By Dr. David Franks, Chairman of Massachusetts Citizens for Life
Memorial Day places pietas before the American consciousness. Piety is the central virtue celebrated by Virgil in the Aeneid, and its supernatural form is one of the Holy Spirit’s sevenfold gifts.
Without piety, there can be no common civic life. Without piety, America cannot be renewed.
As a matter of natural religion (which is amplified in the fullness of religion), piety means honoring the sacred as ramified through the most mundane realities. It is a visceral reverence for God, country, family, and for the divine luminosity in every thing. It is justice with unction and joy. It is the recognition of the true and the holy obscured in the vagaries of time. It is memory of what history and power bear away. It is consecration of what has gone under.
Piety means honoring the dead.
On Memorial Day, we gladly pay what we owe those men and women who died in the military service of our nation, and thus receive further habituation in the indispensable civic virtue of piety.
In the “Gettysburg Address,” President Lincoln leverages piety towards the war dead to train the American people in a rediscovered sense of piety towards the American project of self-government for the sake of the ideals of the Declaration of Independence, the ideals of liberal democracy: “all men are created equal,” meaning, all human beings have been “endowed by their Creator with certain unalienable Rights, that among these are Life, Liberty and the pursuit of Happiness”:
“Four score and seven years ago our fathers brought forth on this continent, a new nation, conceived in Liberty, and dedicated to the proposition that all men are created equal.”
Lincoln committed this nation to the necessary project of upholding the right to liberty against the abominations of slavery, as pro-lifers uphold the right to life against the abominations of abortion and euthanasia. In the “Gettysburg Address,” Lincoln raises the torch of piety towards the dead to ignite piety towards the victimized living.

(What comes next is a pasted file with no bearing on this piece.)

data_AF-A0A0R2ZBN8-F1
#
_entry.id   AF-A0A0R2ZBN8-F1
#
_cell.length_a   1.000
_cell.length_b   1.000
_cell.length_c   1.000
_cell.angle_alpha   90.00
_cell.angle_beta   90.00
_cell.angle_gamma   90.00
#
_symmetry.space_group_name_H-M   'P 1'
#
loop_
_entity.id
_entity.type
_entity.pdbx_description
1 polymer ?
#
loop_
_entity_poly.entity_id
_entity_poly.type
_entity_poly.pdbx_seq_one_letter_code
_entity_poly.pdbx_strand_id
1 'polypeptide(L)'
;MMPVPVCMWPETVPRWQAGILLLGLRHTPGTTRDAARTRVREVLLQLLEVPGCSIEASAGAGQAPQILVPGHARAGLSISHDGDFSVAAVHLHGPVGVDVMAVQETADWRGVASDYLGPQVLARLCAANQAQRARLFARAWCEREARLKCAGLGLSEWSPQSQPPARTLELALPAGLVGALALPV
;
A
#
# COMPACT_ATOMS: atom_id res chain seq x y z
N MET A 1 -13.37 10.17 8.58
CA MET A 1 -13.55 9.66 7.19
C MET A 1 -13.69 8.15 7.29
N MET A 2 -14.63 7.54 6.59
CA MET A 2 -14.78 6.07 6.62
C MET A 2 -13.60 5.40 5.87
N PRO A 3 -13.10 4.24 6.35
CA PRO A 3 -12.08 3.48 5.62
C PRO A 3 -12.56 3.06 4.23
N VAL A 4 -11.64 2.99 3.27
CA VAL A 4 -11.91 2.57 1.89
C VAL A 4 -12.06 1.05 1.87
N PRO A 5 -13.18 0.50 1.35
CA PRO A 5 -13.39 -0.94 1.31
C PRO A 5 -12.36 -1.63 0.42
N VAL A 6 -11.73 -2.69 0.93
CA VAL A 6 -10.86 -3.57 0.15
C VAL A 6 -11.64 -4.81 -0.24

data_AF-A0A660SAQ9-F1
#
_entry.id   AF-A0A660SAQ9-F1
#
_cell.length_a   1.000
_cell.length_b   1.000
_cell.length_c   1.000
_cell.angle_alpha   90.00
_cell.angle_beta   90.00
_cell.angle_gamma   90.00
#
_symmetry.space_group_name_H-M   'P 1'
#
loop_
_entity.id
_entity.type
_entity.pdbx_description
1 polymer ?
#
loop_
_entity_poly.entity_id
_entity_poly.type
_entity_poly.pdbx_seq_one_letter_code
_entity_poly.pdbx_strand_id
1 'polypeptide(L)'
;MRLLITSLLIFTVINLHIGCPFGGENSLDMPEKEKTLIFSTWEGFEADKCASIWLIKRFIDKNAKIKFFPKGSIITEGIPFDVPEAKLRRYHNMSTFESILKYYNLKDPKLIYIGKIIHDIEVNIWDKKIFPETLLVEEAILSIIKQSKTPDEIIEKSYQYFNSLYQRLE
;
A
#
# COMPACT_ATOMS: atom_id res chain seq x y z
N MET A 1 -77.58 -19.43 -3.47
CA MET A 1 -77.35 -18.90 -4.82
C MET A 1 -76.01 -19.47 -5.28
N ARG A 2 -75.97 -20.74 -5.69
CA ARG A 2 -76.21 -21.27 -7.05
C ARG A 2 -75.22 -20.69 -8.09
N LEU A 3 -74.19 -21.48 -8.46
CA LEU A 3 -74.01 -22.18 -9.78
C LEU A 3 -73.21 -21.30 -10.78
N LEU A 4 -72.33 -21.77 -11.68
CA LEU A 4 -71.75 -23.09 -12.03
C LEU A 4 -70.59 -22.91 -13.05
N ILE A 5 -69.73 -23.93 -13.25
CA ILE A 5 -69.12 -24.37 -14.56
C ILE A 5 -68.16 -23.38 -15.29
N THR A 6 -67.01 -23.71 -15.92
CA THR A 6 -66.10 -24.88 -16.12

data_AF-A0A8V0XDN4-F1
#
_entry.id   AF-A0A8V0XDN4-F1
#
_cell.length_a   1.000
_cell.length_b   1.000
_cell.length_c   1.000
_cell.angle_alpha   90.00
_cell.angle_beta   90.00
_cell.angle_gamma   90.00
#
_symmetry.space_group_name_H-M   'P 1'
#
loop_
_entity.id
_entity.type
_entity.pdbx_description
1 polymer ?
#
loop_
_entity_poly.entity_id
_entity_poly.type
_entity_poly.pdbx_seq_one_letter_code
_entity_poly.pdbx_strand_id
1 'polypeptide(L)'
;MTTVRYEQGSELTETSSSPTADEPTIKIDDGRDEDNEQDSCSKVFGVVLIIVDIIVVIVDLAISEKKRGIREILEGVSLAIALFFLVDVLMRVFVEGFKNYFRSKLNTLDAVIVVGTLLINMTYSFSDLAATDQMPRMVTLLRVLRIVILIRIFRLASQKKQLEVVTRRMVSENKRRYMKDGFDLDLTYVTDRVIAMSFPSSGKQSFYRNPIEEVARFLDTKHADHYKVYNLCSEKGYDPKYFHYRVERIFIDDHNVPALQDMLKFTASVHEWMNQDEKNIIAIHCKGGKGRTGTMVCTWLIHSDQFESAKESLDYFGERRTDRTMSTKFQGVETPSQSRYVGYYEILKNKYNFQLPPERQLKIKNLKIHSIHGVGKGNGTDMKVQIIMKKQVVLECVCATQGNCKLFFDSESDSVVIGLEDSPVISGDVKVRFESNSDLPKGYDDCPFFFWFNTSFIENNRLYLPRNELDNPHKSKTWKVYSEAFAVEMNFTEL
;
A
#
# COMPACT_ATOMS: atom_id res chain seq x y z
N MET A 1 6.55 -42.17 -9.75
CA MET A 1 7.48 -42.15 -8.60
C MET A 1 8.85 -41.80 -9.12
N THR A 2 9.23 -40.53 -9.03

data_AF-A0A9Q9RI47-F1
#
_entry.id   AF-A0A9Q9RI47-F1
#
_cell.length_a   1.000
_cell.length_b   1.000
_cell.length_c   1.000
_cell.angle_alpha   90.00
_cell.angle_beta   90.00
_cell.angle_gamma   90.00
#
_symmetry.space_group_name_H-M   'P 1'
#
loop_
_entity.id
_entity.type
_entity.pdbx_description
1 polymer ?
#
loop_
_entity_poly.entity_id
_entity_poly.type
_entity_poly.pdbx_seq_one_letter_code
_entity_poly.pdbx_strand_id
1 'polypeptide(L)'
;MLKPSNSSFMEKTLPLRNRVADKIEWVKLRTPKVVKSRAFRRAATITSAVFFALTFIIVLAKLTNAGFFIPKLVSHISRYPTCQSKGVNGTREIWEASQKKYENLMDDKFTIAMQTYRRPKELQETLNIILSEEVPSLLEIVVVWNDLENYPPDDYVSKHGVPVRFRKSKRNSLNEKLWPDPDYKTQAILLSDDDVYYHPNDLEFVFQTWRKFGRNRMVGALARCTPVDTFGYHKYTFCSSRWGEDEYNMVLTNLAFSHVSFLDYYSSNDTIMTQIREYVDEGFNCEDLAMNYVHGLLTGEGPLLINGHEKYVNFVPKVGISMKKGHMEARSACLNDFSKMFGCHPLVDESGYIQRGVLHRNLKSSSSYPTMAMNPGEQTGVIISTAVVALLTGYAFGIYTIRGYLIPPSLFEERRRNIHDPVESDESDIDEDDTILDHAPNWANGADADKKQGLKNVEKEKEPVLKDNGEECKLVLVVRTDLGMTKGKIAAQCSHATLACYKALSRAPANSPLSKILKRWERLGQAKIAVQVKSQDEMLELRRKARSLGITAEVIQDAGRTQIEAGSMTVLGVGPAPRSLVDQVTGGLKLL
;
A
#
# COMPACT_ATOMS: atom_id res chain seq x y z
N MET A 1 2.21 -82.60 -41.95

He does so with imagery that we pro-lifers should take to heart. This nation “conceived” in the Declaration of Independence must be brought to a “new birth of freedom,” through the labors of a citizenry piously dedicated to the life and liberty of each and every single human being, energized by a piety towards the dead:
“The brave men, living and dead, who struggled here, have consecrated it, far above our poor power to add or detract. …It is for us the living, rather, to be dedicated here to the unfinished work which they who fought here have thus far so nobly advanced. It is rather for us to be here dedicated to the great task remaining before us – that from these honored dead we take increased devotion to that cause for which they gave the last full measure of devotion – that we here highly resolve that these dead shall not have died in vain – that this nation, under God, shall have a new birth of freedom – and that government of the people, by the people, for the people, shall not perish from the earth.”
Lincoln’s appeal to his fellow Americans is an appeal to an activist piety, a piety we renew on Memorial Day, precisely the same virtue the pro-life movement serves most radically. We expend ourselves to vindicate the equality of the most powerless Americans. Until every human life is recognized as belonging to “the people,” “under God,” liberal democracy is a chimera. We pro-lifers would see a new birth of freedom.